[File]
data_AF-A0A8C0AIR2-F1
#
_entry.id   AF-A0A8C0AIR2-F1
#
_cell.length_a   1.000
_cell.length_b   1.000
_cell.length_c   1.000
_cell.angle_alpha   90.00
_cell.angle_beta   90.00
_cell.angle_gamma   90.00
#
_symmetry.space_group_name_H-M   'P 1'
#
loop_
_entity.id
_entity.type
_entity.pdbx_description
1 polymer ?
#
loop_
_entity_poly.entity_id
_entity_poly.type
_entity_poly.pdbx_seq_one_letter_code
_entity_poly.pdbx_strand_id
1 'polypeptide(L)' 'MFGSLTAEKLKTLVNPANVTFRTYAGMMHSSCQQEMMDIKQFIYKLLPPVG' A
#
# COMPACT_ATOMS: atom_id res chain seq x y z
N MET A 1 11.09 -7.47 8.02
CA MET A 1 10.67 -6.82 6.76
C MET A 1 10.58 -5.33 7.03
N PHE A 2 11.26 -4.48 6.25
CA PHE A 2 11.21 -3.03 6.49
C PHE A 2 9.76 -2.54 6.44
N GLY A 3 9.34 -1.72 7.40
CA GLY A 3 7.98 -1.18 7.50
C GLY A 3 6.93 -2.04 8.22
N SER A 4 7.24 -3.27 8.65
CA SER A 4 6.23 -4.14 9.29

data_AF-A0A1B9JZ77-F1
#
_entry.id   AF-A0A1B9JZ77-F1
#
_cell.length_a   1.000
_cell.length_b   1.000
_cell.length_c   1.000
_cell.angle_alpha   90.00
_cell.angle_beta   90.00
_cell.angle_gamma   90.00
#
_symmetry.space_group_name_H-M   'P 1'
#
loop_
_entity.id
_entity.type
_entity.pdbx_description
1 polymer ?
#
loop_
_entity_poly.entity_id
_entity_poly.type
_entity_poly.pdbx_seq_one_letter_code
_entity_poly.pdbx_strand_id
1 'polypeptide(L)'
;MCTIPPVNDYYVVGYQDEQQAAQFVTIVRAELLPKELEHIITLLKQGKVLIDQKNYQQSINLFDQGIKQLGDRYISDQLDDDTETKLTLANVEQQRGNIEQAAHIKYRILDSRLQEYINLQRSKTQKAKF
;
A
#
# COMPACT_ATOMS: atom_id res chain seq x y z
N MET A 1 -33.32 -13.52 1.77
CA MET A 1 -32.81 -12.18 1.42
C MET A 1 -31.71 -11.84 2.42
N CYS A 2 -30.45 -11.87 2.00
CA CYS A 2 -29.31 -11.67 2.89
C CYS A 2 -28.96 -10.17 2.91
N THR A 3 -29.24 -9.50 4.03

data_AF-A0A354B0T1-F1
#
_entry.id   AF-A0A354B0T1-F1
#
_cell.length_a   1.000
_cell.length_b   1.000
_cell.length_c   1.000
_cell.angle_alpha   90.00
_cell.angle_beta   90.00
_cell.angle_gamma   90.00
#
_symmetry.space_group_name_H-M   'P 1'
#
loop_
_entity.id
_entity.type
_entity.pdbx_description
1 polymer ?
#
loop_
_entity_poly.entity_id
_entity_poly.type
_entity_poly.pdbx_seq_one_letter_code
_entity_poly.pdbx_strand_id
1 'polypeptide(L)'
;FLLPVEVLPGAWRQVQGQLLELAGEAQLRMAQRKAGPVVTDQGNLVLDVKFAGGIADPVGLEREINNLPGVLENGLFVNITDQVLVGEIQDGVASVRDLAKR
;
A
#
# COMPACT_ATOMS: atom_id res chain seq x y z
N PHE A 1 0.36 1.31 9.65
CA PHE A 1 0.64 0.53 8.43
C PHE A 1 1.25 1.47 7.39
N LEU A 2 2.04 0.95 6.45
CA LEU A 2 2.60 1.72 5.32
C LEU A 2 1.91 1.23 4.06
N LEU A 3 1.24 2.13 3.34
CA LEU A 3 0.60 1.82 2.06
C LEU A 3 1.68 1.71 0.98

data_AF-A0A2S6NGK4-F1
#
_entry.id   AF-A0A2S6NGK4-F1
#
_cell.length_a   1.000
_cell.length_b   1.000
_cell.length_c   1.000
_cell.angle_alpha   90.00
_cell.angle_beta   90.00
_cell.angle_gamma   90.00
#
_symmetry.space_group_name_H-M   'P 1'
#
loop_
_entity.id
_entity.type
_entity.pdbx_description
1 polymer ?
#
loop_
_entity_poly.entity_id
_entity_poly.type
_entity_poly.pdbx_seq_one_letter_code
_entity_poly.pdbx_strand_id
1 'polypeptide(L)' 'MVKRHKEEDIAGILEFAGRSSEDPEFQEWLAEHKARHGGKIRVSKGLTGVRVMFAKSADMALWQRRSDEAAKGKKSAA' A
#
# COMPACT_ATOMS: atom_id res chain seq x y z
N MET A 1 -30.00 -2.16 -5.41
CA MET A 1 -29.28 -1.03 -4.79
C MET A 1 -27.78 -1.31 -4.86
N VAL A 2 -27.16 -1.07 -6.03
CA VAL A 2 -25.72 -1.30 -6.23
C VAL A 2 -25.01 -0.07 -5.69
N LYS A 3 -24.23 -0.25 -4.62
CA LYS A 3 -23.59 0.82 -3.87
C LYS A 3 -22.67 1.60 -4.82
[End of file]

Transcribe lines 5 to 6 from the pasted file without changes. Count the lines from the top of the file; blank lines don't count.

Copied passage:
_cell.length_a   1.000
_cell.length_b   1.000